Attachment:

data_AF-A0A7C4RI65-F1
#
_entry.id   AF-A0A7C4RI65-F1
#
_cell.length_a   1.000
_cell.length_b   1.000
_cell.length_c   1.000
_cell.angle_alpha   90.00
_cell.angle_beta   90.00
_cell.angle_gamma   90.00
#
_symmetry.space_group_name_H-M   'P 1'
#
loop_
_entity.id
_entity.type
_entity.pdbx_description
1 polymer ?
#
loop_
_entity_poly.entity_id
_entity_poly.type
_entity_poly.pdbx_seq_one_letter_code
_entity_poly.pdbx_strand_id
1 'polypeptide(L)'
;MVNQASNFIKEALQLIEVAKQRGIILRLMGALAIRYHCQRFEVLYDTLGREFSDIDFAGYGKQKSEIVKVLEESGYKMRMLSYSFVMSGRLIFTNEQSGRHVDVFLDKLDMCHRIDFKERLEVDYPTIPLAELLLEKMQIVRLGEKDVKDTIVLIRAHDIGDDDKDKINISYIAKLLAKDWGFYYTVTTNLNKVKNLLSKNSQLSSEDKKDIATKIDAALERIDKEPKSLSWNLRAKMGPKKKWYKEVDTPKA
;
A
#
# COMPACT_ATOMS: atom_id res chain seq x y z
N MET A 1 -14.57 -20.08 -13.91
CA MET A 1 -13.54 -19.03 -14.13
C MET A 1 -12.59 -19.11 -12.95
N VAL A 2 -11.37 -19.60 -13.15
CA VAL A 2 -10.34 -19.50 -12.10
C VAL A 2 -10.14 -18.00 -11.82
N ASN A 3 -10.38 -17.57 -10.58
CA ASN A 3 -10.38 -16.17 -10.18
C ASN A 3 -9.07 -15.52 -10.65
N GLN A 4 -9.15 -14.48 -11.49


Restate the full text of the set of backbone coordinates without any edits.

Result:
data_AF-A0A7C4RI65-F1
#
_entry.id   AF-A0A7C4RI65-F1
#
_cell.length_a   1.000
_cell.length_b   1.000
_cell.length_c   1.000
_cell.angle_alpha   90.00
_cell.angle_beta   90.00
_cell.angle_gamma   90.00
#
_symmetry.space_group_name_H-M   'P 1'
#
loop_
_entity.id
_entity.type
_entity.pdbx_description
1 polymer ?
#
loop_
_entity_poly.entity_id
_entity_poly.type
_entity_poly.pdbx_seq_one_letter_code
_entity_poly.pdbx_strand_id
1 'polypeptide(L)'
;MVNQASNFIKEALQLIEVAKQRGIILRLMGALAIRYHCQRFEVLYDTLGREFSDIDFAGYGKQKSEIVKVLEESGYKMRMLSYSFVMSGRLIFTNEQSGRHVDVFLDKLDMCHRIDFKERLEVDYPTIPLAELLLEKMQIVRLGEKDVKDTIVLIRAHDIGDDDKDKINISYIAKLLAKDWGFYYTVTTNLNKVKNLLSKNSQLSSEDKKDIATKIDAALERIDKEPKSLSWNLRAKMGPKKKWYKEVDTPKA
;
A
#
# COMPACT_ATOMS: atom_id res chain seq x y z
N MET A 1 -14.57 -20.08 -13.91
CA MET A 1 -13.54 -19.03 -14.13
C MET A 1 -12.59 -19.11 -12.95
N VAL A 2 -11.37 -19.60 -13.15
CA VAL A 2 -10.34 -19.50 -12.10
C VAL A 2 -10.14 -18.00 -11.82
N ASN A 3 -10.38 -17.57 -10.58
CA ASN A 3 -10.38 -16.17 -10.18
C ASN A 3 -9.07 -15.52 -10.65
N GLN A 4 -9.15 -14.48 -11.49